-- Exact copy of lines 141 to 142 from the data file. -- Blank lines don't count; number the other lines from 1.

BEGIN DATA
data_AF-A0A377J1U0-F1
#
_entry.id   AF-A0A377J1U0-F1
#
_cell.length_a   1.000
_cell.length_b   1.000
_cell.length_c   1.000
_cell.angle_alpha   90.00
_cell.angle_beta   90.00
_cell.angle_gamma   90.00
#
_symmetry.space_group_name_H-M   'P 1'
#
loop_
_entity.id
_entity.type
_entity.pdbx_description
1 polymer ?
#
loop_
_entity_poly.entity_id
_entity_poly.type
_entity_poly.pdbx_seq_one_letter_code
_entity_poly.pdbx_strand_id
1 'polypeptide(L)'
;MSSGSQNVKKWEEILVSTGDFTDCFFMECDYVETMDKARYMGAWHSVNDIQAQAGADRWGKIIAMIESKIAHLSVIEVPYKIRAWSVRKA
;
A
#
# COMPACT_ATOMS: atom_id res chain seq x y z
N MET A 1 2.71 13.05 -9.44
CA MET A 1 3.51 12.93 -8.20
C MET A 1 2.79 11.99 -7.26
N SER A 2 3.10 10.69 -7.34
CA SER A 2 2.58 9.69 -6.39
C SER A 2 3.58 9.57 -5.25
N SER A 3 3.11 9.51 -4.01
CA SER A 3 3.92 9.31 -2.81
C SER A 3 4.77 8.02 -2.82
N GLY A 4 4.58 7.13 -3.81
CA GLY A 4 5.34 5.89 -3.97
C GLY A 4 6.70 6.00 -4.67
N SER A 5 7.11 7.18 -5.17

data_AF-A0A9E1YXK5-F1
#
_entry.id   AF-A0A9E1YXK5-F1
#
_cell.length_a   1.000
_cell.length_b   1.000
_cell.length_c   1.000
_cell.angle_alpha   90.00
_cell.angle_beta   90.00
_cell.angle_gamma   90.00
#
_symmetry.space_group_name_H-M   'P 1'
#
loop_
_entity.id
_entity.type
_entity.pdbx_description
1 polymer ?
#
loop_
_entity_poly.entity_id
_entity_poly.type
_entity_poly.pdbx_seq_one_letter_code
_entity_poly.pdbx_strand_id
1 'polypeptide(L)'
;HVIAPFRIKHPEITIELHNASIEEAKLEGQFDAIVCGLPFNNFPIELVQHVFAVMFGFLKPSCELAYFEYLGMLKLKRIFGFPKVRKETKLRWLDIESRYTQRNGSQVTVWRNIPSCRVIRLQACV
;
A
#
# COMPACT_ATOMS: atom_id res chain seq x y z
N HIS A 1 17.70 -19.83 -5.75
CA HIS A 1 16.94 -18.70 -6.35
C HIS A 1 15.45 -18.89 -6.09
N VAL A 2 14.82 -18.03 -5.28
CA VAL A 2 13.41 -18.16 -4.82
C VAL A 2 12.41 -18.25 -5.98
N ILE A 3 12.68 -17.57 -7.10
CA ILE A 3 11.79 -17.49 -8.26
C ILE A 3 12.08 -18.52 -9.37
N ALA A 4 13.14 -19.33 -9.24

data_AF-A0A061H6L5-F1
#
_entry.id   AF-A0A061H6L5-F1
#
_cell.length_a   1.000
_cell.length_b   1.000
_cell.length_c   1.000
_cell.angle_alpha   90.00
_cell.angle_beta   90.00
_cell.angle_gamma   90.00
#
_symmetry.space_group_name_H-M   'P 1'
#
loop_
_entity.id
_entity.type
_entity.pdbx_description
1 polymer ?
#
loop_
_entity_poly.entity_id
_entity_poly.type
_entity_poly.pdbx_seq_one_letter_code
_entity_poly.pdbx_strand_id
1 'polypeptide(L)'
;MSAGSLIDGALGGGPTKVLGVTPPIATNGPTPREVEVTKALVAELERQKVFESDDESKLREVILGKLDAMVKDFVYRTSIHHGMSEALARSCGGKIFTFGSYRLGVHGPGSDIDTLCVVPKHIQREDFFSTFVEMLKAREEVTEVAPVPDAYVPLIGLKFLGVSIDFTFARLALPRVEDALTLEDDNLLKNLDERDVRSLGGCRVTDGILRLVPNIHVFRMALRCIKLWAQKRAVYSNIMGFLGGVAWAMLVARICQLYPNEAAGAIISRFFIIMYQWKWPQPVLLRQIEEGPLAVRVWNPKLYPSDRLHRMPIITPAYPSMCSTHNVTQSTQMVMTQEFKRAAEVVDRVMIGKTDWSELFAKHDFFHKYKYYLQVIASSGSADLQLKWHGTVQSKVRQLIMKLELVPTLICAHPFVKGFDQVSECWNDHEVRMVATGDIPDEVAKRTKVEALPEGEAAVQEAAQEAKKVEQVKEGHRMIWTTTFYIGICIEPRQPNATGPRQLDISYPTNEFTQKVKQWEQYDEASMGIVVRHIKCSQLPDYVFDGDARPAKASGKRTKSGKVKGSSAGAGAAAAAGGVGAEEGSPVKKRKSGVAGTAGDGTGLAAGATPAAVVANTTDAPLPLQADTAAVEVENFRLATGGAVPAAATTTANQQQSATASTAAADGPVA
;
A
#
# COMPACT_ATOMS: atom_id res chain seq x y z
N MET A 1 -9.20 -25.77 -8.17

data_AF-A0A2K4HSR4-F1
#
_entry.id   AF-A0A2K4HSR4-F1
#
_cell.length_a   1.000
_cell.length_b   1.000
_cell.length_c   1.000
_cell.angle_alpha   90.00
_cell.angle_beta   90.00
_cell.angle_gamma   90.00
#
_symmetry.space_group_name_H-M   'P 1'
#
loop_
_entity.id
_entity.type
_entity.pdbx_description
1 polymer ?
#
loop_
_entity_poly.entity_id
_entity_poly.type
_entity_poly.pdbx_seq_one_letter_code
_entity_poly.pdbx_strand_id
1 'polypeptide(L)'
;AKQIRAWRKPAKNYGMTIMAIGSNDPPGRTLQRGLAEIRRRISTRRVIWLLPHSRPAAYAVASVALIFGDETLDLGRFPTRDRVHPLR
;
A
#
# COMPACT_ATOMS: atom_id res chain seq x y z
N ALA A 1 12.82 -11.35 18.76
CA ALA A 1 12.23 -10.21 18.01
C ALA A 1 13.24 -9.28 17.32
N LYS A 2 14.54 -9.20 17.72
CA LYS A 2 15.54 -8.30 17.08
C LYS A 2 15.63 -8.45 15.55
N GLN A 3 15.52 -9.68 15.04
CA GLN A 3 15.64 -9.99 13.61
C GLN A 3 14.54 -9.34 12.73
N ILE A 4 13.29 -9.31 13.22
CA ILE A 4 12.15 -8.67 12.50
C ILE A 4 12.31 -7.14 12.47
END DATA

;
A